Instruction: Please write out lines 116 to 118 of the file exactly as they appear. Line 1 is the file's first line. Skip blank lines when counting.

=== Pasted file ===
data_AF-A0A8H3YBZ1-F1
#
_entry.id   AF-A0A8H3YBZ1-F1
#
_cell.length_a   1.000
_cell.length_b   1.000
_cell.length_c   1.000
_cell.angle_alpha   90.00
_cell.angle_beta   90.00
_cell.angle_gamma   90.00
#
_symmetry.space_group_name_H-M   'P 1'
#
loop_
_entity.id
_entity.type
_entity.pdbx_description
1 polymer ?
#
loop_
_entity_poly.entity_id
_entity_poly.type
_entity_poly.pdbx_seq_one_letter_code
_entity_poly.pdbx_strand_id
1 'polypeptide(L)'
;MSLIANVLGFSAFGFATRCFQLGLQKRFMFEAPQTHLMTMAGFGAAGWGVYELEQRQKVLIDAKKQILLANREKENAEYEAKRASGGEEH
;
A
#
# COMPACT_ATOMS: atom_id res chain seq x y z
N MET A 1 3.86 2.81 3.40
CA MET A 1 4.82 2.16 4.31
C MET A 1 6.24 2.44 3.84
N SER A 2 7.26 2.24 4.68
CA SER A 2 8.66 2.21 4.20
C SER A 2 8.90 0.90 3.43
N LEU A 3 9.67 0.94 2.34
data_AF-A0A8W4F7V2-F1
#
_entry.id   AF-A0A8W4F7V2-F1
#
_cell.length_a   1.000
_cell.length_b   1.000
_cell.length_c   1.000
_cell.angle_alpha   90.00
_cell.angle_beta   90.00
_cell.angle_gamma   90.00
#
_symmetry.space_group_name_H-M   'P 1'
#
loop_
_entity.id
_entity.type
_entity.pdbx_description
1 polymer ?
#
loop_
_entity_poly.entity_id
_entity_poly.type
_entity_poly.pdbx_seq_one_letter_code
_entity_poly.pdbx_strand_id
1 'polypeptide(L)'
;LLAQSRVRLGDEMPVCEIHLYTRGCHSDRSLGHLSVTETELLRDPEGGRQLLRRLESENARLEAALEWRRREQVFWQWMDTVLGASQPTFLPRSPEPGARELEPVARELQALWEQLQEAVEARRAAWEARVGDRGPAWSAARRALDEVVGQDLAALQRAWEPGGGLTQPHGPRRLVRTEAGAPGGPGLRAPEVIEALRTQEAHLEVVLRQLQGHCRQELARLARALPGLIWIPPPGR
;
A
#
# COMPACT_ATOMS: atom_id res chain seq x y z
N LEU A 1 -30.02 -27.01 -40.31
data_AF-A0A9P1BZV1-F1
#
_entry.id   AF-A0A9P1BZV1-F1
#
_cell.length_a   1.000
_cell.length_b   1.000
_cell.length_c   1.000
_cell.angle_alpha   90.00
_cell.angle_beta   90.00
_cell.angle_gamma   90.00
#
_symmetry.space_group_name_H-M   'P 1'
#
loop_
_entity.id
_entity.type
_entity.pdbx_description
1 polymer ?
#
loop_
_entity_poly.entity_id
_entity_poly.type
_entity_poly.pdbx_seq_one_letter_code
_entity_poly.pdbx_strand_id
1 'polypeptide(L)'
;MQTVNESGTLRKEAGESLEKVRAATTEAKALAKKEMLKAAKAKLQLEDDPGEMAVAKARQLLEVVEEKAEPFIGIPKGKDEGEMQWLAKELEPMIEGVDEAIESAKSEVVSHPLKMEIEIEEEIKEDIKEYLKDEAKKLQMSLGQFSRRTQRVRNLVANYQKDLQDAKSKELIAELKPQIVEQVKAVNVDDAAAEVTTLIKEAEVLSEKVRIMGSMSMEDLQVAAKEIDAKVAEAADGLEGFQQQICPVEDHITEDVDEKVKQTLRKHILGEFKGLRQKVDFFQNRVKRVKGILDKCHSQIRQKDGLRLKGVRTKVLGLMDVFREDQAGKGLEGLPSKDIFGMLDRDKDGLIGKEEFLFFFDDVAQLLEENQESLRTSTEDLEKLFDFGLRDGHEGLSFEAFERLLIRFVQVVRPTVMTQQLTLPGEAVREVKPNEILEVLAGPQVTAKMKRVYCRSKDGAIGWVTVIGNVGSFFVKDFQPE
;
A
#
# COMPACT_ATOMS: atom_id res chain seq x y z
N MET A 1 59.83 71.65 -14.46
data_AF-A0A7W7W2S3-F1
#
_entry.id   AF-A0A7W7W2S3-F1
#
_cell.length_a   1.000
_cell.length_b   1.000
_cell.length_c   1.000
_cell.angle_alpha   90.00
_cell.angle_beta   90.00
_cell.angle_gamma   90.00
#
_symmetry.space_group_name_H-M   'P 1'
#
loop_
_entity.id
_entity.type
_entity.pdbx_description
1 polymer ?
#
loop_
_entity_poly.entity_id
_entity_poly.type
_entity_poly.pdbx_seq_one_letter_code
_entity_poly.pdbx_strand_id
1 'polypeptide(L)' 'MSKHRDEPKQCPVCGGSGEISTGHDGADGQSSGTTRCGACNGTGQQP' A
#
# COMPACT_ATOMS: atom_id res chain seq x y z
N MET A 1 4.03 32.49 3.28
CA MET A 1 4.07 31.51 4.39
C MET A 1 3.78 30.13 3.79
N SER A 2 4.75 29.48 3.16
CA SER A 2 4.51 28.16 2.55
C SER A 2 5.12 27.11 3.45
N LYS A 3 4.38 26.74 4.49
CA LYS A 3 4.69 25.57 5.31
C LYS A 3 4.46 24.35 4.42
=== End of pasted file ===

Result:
_entity.pdbx_description
1 polymer ?
#